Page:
Tuesday, March 06, 2012

It takes a posse

There's another discussion of women in programming raging on the Internet.  This time, it's in Ben's digital humanities world, about expecting and teaching humanities students (often women) to code.  One comment on the post is by Stephen Ramsay who teaches a digital humanities course. He encourages his students, often women, to continue by taking computer science classes.  They almost always drop out, even after being highly competent in his introductory class.  Here are some of my thoughts on how to keep that from happening.

1)  Critical Mass is having enough women (or some other minority group) that you don't stick out.  From my observations, 10 is the bare minimum to reach critical mass.  Only 2 is not enough.  So 2 in a group of 20 are still extremely self conscious.  10 in a group of 250, however, "works".  I personally consider 10% a "successful" number.

2)  Build your own posse.  If you have people to sit with, to do homework with, to make fun of the obnoxious, under socialized geeks in the room with, it helps.  It takes a while to do this organically -- I found a CS major roommate and then started dating another one.  The class ahead of my had a particularly high performing posse of two women and a man.  Some of the later-joining CS majors in my class came over as a group of 3 women.  When Stephen takes one of his students to a programming contest, it doesn't work.  All the imposter syndrome comes out in force.  The fix?  Take a *group* of students.  (Even if you have to drag them or bribe them.  :)  )  You can also build posses by finding older female mentors for beginning students, or starting or joining "women in tech" organizations.  (In college I was on an early listserv for women in CS called Systers and started a campus "Women in Computing" group.)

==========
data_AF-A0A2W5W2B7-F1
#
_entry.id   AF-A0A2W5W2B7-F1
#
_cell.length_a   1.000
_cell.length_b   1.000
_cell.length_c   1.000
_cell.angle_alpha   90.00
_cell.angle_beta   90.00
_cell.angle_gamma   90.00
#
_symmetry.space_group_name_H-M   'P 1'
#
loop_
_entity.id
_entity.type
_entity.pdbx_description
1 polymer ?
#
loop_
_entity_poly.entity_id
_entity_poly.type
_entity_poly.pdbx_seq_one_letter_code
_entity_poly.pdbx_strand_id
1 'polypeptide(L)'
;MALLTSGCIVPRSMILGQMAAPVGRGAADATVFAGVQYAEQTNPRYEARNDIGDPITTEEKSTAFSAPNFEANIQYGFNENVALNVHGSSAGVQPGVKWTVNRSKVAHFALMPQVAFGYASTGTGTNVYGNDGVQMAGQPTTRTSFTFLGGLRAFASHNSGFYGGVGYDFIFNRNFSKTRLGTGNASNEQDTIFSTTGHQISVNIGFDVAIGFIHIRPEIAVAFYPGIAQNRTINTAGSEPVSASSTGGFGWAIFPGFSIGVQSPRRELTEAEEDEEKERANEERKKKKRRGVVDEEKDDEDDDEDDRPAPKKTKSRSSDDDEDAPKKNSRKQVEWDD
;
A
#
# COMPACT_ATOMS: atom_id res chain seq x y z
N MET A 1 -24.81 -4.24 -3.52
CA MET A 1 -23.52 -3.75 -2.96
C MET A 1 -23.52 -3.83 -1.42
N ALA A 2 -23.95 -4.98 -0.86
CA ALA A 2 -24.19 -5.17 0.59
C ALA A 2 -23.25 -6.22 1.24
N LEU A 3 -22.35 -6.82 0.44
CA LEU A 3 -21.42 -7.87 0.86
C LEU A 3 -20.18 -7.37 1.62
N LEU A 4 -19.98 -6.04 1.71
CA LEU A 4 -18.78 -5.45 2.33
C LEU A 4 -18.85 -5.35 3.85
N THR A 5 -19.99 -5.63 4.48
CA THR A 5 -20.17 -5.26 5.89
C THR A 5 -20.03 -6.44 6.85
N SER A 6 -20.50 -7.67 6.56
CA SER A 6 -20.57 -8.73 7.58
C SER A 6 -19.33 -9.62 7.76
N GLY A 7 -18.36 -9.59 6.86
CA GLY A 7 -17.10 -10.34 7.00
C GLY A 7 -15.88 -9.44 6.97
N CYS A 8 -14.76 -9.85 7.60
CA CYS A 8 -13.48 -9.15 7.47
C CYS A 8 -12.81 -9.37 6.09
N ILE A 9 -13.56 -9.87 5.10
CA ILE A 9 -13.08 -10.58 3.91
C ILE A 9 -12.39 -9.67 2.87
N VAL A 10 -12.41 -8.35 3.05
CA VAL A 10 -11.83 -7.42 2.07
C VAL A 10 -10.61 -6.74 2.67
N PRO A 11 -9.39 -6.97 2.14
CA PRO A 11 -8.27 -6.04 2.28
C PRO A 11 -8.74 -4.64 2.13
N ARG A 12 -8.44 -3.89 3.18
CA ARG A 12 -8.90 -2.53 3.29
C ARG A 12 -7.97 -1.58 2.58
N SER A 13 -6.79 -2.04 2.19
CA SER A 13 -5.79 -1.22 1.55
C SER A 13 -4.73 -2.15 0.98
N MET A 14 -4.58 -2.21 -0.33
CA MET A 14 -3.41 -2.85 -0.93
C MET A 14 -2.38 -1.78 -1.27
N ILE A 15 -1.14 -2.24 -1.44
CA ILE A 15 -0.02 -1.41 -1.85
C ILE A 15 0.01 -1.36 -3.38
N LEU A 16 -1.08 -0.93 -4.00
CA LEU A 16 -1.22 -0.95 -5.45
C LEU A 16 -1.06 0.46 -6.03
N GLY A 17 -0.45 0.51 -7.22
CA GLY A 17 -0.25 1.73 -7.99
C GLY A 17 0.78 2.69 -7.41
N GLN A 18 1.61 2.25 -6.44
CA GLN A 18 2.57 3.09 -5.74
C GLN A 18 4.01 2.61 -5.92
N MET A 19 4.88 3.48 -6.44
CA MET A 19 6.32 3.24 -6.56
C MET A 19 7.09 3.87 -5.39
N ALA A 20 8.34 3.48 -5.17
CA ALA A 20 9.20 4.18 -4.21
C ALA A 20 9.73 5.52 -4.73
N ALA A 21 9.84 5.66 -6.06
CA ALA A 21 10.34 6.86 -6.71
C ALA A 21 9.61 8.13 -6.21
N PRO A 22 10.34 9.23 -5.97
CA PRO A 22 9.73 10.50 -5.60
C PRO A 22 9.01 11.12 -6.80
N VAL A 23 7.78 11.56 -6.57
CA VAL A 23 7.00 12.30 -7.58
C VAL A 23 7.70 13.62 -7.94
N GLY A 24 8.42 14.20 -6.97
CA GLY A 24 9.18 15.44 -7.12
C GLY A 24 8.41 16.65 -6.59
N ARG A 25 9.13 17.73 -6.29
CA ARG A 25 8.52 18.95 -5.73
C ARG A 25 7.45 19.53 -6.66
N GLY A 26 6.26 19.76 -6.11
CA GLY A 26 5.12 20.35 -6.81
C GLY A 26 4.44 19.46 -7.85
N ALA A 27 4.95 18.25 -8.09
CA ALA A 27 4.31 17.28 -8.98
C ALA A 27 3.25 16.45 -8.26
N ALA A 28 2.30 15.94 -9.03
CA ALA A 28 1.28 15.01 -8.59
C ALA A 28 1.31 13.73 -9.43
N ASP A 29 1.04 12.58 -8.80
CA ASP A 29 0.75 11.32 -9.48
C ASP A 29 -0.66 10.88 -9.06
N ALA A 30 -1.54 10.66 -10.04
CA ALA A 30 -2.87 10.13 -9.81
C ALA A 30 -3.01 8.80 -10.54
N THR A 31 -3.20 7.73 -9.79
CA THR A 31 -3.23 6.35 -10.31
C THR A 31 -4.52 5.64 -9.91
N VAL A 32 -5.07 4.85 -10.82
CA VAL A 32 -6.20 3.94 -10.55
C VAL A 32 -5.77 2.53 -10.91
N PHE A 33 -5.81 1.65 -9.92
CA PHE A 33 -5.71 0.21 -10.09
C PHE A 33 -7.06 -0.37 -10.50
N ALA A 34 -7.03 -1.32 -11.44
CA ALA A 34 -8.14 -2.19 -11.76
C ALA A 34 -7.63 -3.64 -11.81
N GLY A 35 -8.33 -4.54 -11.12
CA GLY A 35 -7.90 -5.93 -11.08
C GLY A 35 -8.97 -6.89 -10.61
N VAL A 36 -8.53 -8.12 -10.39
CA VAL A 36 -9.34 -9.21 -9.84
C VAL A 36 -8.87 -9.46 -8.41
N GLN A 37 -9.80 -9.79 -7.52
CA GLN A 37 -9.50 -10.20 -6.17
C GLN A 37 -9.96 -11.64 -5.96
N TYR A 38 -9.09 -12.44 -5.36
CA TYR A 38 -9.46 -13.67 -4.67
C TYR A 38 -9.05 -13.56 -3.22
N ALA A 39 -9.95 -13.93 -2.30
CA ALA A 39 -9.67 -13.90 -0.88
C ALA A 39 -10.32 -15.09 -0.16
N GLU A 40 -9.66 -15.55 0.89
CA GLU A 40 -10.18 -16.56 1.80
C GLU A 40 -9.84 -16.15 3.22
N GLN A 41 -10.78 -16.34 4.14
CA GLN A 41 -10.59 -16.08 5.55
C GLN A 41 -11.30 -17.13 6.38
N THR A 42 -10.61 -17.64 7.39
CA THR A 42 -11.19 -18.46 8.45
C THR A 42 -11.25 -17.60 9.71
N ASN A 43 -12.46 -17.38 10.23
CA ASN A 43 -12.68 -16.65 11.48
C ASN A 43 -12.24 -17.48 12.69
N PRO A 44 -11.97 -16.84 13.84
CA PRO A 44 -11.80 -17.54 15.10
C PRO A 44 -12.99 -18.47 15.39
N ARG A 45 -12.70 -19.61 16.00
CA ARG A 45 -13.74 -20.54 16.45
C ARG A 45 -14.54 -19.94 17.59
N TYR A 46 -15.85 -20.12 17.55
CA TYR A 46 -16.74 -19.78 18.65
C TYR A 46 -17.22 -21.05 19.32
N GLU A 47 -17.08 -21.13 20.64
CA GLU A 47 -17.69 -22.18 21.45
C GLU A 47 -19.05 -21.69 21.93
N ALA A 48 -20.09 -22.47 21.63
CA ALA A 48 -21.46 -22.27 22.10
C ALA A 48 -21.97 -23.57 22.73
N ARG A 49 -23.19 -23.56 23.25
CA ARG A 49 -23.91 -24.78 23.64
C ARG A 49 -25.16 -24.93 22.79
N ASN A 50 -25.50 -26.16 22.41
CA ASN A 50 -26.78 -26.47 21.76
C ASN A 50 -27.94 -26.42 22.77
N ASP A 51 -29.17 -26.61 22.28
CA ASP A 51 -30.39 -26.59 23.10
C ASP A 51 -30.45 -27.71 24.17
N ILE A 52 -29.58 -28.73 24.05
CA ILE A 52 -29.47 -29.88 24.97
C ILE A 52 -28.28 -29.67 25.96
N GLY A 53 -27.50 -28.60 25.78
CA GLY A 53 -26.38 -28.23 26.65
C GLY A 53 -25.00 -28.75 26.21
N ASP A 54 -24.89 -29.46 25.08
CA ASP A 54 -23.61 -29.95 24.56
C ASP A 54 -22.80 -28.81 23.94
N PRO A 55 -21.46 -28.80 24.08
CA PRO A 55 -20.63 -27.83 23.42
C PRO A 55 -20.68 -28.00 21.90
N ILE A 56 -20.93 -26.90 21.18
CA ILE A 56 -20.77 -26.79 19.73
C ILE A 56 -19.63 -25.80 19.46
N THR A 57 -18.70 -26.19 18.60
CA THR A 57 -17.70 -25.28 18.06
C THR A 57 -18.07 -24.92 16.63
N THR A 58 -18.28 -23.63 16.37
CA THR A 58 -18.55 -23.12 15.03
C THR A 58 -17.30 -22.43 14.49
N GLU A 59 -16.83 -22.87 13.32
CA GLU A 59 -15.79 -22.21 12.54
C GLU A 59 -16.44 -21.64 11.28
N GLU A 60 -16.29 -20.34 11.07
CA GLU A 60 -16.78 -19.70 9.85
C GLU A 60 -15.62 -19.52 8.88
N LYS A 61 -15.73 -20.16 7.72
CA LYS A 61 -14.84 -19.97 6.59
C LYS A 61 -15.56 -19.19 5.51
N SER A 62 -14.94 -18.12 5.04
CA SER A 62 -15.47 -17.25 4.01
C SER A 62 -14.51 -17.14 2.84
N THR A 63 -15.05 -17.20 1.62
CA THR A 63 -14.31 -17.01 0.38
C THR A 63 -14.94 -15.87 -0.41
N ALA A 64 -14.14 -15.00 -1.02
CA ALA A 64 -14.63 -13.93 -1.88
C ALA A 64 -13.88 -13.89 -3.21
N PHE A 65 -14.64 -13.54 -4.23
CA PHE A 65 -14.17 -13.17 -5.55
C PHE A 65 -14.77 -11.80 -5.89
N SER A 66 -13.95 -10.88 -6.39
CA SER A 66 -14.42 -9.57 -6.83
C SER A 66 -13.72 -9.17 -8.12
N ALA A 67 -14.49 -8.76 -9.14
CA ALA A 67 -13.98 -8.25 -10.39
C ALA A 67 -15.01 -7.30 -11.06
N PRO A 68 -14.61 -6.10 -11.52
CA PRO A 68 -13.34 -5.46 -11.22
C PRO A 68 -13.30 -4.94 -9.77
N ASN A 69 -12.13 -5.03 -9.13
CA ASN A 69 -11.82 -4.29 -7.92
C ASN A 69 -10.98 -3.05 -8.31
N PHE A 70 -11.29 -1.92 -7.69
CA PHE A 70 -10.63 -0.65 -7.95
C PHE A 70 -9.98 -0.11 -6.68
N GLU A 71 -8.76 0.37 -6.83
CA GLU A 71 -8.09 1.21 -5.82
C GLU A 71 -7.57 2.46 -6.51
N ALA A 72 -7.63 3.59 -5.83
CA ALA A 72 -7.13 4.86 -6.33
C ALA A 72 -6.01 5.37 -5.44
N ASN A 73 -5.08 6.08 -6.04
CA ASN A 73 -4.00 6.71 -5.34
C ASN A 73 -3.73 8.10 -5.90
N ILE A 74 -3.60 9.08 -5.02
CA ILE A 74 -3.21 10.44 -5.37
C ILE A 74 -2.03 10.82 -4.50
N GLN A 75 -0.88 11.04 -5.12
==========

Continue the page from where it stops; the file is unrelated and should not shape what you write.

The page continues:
3)  Go meta.  I spent my senior year of high school reading about women and achievement, then followed it up with a major in the Study of Women and Gender.  Most people won't have to go so extreme, but finding one good survey article about women's experiences in CS gives you a framework and vocabulary for understanding, analyzing (the geek's favorite way out of an awkward situation), and talking about what's going on.

Hope that helps, Stephen.  Good luck!

1 comment:

Stephen Ramsay said...

I think you're right, Sara. And this *does* feel like something I can help facilitate.

Part of my problem, I think, has been figuring out how to help, without doing things that are themselves threatening or overbearing or . . . I don't know what I mean, exactly.

I usually have really good relationships with the students who find themselves in this position, and we can usually talk openly. But as I've said before, I'm just not sure middle-aged guys are the best mentors for nineteen-year-old women when it comes to these issues (which I, obviously, have never experienced myself).

I think for me, it's probably about creating resources and opportunities, but then stepping back and letting those things run themselves. I *do* get the sense that my students are grateful for the fact that I'm listening very carefully to what they say. I think part of the problem is that they half-feel like they shouldn't feel the way they do, and I think they're are bit stunned to discover that *I* think their feelings are completely warranted and entirely appropriate. So that's a start.

But really (and I know this has been said several times), we need more women in my position, who can be effective mentors for women in tech.